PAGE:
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Jazz Singer Cécile McLorin Salvant Doesn't Want To Sound 'Clean And Pretty'
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Jazz Singer Cécile McLorin Salvant Doesn't Want To Sound 'Clean And Pretty'

Music Interviews

Jazz Singer Cécile McLorin Salvant Doesn't Want To Sound 'Clean And Pretty'

Jazz Singer Cécile McLorin Salvant Doesn't Want To Sound 'Clean And Pretty'
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Cécile McLorin Salvant's repertoire includes jazz standards, forgotten old songs, show tunes and originals. i

Cécile McLorin Salvant's repertoire includes jazz standards, forgotten old songs, show tunes and originals. Mark Fitton/Courtesy of the artist hide caption

toggle caption Mark Fitton/Courtesy of the artist
Cécile McLorin Salvant's repertoire includes jazz standards, forgotten old songs, show tunes and originals.

Cécile McLorin Salvant's repertoire includes jazz standards, forgotten old songs, show tunes and originals.

Mark Fitton/Courtesy of the artist

Growing up in Miami as the child of a Haitian father and a French mother, singer Cécile McLorin Salvant heard a wide range of music, including that of jazz singer Sarah Vaughan.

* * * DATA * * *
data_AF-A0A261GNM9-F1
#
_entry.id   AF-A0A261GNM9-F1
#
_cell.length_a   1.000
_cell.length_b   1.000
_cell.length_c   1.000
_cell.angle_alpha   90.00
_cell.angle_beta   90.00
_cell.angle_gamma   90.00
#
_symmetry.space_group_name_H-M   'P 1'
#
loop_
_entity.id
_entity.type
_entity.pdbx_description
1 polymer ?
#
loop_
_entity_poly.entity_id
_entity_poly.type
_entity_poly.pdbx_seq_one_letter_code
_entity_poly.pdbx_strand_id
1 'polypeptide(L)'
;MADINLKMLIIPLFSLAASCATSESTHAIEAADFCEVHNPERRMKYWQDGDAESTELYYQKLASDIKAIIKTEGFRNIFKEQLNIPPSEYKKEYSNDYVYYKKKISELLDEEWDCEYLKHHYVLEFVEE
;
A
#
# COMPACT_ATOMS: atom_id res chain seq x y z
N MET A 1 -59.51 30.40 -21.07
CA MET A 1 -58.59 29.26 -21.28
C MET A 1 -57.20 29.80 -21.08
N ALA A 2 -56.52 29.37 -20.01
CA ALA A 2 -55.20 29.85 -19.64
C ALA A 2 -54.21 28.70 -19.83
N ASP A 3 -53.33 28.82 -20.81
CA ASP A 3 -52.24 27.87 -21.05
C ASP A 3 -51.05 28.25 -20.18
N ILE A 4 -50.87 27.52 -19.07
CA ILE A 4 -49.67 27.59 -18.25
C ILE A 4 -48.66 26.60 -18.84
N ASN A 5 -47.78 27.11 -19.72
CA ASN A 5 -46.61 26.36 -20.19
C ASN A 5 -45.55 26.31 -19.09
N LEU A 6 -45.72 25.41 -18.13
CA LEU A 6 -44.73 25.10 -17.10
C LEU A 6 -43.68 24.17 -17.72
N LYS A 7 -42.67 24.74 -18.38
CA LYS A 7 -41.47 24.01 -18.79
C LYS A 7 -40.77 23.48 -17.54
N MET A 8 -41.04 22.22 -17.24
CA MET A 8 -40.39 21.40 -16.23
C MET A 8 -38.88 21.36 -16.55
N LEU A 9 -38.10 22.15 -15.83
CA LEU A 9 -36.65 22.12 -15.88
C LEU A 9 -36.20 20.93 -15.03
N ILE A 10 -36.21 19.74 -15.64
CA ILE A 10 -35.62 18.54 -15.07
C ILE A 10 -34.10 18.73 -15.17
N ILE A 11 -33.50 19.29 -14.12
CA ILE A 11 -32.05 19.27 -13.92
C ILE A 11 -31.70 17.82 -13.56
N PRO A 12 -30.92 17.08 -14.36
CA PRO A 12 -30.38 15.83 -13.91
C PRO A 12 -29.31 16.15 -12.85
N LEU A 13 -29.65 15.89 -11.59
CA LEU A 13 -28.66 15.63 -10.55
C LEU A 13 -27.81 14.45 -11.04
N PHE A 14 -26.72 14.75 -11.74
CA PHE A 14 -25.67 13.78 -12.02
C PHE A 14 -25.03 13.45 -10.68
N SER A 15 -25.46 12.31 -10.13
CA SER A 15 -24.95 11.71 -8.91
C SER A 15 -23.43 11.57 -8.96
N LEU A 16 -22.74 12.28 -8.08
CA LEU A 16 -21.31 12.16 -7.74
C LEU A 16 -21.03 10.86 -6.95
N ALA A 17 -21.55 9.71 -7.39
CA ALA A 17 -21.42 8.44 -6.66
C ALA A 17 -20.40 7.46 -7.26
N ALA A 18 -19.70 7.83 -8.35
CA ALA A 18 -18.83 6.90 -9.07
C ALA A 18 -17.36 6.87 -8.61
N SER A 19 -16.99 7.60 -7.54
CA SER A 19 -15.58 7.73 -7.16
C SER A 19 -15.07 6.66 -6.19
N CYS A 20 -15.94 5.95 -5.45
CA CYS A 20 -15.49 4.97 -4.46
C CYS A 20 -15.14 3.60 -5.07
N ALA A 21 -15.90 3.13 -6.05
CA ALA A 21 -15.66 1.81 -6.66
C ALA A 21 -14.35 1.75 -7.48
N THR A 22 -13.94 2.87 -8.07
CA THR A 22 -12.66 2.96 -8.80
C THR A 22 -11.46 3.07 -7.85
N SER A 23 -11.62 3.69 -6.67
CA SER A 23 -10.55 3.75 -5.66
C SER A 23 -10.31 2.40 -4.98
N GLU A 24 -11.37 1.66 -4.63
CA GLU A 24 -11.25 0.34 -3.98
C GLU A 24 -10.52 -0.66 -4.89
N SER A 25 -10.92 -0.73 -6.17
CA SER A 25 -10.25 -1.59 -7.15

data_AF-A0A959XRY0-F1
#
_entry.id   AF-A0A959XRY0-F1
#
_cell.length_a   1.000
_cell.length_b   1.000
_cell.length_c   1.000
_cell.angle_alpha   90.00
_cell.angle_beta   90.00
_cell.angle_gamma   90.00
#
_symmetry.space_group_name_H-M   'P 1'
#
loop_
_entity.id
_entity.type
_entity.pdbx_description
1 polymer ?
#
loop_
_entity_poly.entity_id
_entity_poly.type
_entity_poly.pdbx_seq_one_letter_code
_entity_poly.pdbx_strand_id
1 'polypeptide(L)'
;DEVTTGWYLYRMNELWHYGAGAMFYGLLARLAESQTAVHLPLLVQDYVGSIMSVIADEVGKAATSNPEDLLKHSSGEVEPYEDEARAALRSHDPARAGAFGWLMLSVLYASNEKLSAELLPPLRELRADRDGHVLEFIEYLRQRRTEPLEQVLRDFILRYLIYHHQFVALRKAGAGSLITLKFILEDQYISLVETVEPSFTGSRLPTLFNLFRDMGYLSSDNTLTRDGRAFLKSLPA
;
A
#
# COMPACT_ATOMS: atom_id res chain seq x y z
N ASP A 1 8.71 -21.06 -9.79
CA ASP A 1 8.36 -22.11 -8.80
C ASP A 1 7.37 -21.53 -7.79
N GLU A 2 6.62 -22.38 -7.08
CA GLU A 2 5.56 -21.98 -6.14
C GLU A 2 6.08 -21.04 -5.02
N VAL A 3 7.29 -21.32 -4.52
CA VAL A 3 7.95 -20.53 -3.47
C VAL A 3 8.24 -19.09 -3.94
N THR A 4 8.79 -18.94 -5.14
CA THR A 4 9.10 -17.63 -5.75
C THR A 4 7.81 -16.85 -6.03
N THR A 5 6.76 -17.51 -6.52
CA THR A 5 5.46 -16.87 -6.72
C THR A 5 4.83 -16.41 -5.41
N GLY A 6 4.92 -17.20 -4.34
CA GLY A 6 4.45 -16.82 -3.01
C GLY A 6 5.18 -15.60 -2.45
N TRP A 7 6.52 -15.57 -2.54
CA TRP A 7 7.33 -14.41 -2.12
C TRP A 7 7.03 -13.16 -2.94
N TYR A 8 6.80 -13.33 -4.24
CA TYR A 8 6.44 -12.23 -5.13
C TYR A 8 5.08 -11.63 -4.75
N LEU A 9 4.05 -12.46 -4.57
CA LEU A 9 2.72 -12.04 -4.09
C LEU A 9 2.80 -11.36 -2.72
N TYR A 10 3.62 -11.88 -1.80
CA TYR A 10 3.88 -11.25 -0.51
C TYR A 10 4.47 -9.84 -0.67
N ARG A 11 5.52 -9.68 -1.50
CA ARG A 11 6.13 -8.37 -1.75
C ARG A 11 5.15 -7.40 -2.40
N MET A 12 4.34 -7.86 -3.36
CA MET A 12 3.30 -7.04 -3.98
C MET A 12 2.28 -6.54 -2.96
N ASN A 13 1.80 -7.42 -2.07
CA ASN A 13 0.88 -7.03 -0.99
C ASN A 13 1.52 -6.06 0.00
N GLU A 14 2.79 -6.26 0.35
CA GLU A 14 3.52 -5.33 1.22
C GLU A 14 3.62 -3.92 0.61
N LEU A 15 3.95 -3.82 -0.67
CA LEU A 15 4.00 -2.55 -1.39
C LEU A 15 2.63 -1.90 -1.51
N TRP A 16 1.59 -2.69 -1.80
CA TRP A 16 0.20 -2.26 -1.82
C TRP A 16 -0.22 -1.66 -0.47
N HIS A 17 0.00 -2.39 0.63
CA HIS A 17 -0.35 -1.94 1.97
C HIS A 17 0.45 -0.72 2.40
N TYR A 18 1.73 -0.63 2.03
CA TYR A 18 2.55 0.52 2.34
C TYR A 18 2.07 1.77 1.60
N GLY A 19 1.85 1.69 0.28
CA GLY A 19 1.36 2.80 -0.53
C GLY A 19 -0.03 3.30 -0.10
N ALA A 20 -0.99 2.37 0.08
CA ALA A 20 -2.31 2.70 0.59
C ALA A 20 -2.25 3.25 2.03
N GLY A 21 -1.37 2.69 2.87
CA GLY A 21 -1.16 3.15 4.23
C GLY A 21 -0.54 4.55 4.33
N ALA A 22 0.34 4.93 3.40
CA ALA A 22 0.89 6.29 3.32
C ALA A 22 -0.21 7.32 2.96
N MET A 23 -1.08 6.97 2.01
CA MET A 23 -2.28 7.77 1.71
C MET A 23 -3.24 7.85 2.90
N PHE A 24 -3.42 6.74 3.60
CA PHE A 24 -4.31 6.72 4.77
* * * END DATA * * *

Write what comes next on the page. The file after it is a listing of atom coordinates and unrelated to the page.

"I think I started really falling in love with [Vaughan's] voice when I was about 14," McLorin Salvant tells Fresh Air's Terry Gross.

By that time, McLorin Salvant had already begun training in classical voice. But as she listened to Vaughan, she says, she was drawn to a singing style that felt less constrained than the classical style she'd been studying. Eventually, she shifted her attention to jazz.

"I never wanted to sound clean and pretty," she says. "In jazz, I felt I could sing these deep, husky lows if I want, and then these really tiny, laser highs if I want, as well."

In 2010, when she was just 21, McLorin Salvant showcased her highs and lows at the Thelonious Monk International Jazz Vocals Competition, where she was awarded first place. Her 2013 album, WomanChild, was named one of the year's 10 best in the 2013 NPR Jazz Critics Poll, and won the award for jazz album of the year in the 2014 DownBeat Critics Poll. Her new record is For One to Love.


Interview Highlights

On the influence of Sarah Vaughan

I was really mostly interested in classical singing, but she had something in there that drew me in, coming from being interested in classical singing. She was an absolute virtuoso, and she could have so many colors and textures with her voice. When I moved to France and started singing jazz and studying it, she was maybe the first person that I would copy. And it became less about sounding unique — I didn't even care about that. I just wanted to sound as much like her as I possibly could. So I'd spend a lot of time listening to her and seeing how I could make my voice sound like that.